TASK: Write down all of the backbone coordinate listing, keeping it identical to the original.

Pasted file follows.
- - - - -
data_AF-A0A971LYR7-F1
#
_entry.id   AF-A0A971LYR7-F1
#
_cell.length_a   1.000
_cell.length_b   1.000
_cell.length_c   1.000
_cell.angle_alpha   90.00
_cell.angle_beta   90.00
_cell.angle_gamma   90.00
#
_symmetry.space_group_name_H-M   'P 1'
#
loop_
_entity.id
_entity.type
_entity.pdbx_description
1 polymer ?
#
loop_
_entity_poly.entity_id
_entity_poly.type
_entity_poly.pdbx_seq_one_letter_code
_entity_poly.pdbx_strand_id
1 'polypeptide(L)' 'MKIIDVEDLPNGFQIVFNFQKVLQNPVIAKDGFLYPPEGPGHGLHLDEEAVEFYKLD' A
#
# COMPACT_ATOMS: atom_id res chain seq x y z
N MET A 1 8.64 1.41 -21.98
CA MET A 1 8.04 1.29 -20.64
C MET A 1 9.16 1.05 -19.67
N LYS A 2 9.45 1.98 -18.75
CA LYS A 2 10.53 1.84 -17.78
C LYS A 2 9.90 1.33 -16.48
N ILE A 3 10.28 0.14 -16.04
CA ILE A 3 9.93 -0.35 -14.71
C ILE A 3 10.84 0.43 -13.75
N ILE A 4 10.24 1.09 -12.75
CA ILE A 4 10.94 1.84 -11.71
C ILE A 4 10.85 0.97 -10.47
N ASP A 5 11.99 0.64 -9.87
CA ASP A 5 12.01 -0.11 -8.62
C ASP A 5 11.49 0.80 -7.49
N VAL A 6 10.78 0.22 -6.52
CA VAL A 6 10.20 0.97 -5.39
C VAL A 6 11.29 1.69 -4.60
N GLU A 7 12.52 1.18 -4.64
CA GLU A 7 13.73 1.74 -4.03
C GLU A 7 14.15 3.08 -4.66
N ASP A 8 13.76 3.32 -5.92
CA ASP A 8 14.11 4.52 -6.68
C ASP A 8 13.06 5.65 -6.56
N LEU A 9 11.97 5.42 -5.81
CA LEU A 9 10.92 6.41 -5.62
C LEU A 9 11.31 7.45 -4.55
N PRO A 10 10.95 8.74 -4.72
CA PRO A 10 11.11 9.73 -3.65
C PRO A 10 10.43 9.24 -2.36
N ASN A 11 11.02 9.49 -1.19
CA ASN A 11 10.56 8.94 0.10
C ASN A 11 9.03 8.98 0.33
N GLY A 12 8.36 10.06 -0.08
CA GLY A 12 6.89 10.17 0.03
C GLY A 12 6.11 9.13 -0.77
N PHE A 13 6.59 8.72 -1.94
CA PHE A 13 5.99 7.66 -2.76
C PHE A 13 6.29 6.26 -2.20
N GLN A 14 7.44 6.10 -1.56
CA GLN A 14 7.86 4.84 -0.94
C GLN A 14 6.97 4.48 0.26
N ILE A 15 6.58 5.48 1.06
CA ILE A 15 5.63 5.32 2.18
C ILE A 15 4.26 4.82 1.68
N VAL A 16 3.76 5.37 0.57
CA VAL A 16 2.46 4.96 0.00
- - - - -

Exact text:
data_AF-A0A971LYR7-F1
#
_entry.id   AF-A0A971LYR7-F1
#
_cell.length_a   1.000
_cell.length_b   1.000
_cell.length_c   1.000
_cell.angle_alpha   90.00
_cell.angle_beta   90.00
_cell.angle_gamma   90.00
#
_symmetry.space_group_name_H-M   'P 1'
#
loop_
_entity.id
_entity.type
_entity.pdbx_description
1 polymer ?
#
loop_
_entity_poly.entity_id
_entity_poly.type
_entity_poly.pdbx_seq_one_letter_code
_entity_poly.pdbx_strand_id
1 'polypeptide(L)' 'MKIIDVEDLPNGFQIVFNFQKVLQNPVIAKDGFLYPPEGPGHGLHLDEEAVEFYKLD' A
#
# COMPACT_ATOMS: atom_id res chain seq x y z
N MET A 1 8.64 1.41 -21.98
CA MET A 1 8.04 1.29 -20.64
C MET A 1 9.16 1.05 -19.67
N LYS A 2 9.45 1.98 -18.75
CA LYS A 2 10.53 1.84 -17.78
C LYS A 2 9.90 1.33 -16.48
N ILE A 3 10.28 0.14 -16.04
CA ILE A 3 9.93 -0.35 -14.71
C ILE A 3 10.84 0.43 -13.75
N ILE A 4 10.24 1.09 -12.75
CA ILE A 4 10.94 1.84 -11.71
C ILE A 4 10.85 0.97 -10.47
N ASP A 5 11.99 0.64 -9.87
CA ASP A 5 12.01 -0.11 -8.62
C ASP A 5 11.49 0.80 -7.49
N VAL A 6 10.78 0.22 -6.52
CA VAL A 6 10.20 0.97 -5.39
C VAL A 6 11.29 1.69 -4.60
N GLU A 7 12.52 1.18 -4.64
CA GLU A 7 13.73 1.74 -4.03
C GLU A 7 14.15 3.08 -4.66
N ASP A 8 13.76 3.32 -5.92
CA ASP A 8 14.11 4.52 -6.68
C ASP A 8 13.06 5.65 -6.56
N LEU A 9 11.97 5.42 -5.81
CA LEU A 9 10.92 6.41 -5.62
C LEU A 9 11.31 7.45 -4.55
N PRO A 10 10.95 8.74 -4.72
CA PRO A 10 11.11 9.73 -3.65
C PRO A 10 10.43 9.24 -2.36
N ASN A 11 11.02 9.49 -1.19
CA ASN A 11 10.56 8.94 0.10
C ASN A 11 9.03 8.98 0.33
N GLY A 12 8.36 10.06 -0.08
CA GLY A 12 6.89 10.17 0.03
C GLY A 12 6.11 9.13 -0.77
N PHE A 13 6.59 8.72 -1.94
CA PHE A 13 5.99 7.66 -2.76
C PHE A 13 6.29 6.26 -2.20
N GLN A 14 7.44 6.10 -1.56
CA GLN A 14 7.86 4.84 -0.94
C GLN A 14 6.97 4.48 0.26
N ILE A 15 6.58 5.48 1.06
CA ILE A 15 5.63 5.32 2.18
C ILE A 15 4.26 4.82 1.68
N VAL A 16 3.76 5.37 0.57
CA VAL A 16 2.46 4.96 0.00